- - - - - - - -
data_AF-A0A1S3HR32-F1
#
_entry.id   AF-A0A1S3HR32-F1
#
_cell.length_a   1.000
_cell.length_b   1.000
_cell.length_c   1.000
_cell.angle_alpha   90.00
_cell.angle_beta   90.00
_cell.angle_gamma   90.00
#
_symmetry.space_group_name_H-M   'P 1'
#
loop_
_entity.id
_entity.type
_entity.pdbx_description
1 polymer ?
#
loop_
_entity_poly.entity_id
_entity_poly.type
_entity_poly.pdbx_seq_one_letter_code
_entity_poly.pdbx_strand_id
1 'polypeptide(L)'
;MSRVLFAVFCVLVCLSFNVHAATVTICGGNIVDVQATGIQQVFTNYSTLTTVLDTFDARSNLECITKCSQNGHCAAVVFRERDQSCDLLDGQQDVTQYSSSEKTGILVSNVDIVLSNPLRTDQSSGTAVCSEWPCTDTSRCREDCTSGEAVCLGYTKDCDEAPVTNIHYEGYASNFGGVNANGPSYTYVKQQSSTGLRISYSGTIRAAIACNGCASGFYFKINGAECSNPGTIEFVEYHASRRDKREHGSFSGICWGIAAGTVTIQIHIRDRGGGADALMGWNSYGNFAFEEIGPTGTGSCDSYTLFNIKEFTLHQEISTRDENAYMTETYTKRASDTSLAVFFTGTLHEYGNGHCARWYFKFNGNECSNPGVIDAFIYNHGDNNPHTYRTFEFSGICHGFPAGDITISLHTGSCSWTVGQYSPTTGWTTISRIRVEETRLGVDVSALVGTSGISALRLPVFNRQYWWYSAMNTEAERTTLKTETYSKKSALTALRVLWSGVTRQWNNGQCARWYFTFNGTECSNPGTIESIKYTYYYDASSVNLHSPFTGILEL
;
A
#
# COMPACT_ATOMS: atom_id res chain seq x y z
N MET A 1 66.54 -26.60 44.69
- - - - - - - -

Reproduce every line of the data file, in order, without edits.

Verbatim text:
data_AF-A0A1S3HR32-F1
#
_entry.id   AF-A0A1S3HR32-F1
#
_cell.length_a   1.000
_cell.length_b   1.000
_cell.length_c   1.000
_cell.angle_alpha   90.00
_cell.angle_beta   90.00
_cell.angle_gamma   90.00
#
_symmetry.space_group_name_H-M   'P 1'
#
loop_
_entity.id
_entity.type
_entity.pdbx_description
1 polymer ?
#
loop_
_entity_poly.entity_id
_entity_poly.type
_entity_poly.pdbx_seq_one_letter_code
_entity_poly.pdbx_strand_id
1 'polypeptide(L)'
;MSRVLFAVFCVLVCLSFNVHAATVTICGGNIVDVQATGIQQVFTNYSTLTTVLDTFDARSNLECITKCSQNGHCAAVVFRERDQSCDLLDGQQDVTQYSSSEKTGILVSNVDIVLSNPLRTDQSSGTAVCSEWPCTDTSRCREDCTSGEAVCLGYTKDCDEAPVTNIHYEGYASNFGGVNANGPSYTYVKQQSSTGLRISYSGTIRAAIACNGCASGFYFKINGAECSNPGTIEFVEYHASRRDKREHGSFSGICWGIAAGTVTIQIHIRDRGGGADALMGWNSYGNFAFEEIGPTGTGSCDSYTLFNIKEFTLHQEISTRDENAYMTETYTKRASDTSLAVFFTGTLHEYGNGHCARWYFKFNGNECSNPGVIDAFIYNHGDNNPHTYRTFEFSGICHGFPAGDITISLHTGSCSWTVGQYSPTTGWTTISRIRVEETRLGVDVSALVGTSGISALRLPVFNRQYWWYSAMNTEAERTTLKTETYSKKSALTALRVLWSGVTRQWNNGQCARWYFTFNGTECSNPGTIESIKYTYYYDASSVNLHSPFTGILEL
;
A
#
# COMPACT_ATOMS: atom_id res chain seq x y z
N MET A 1 66.54 -26.60 44.69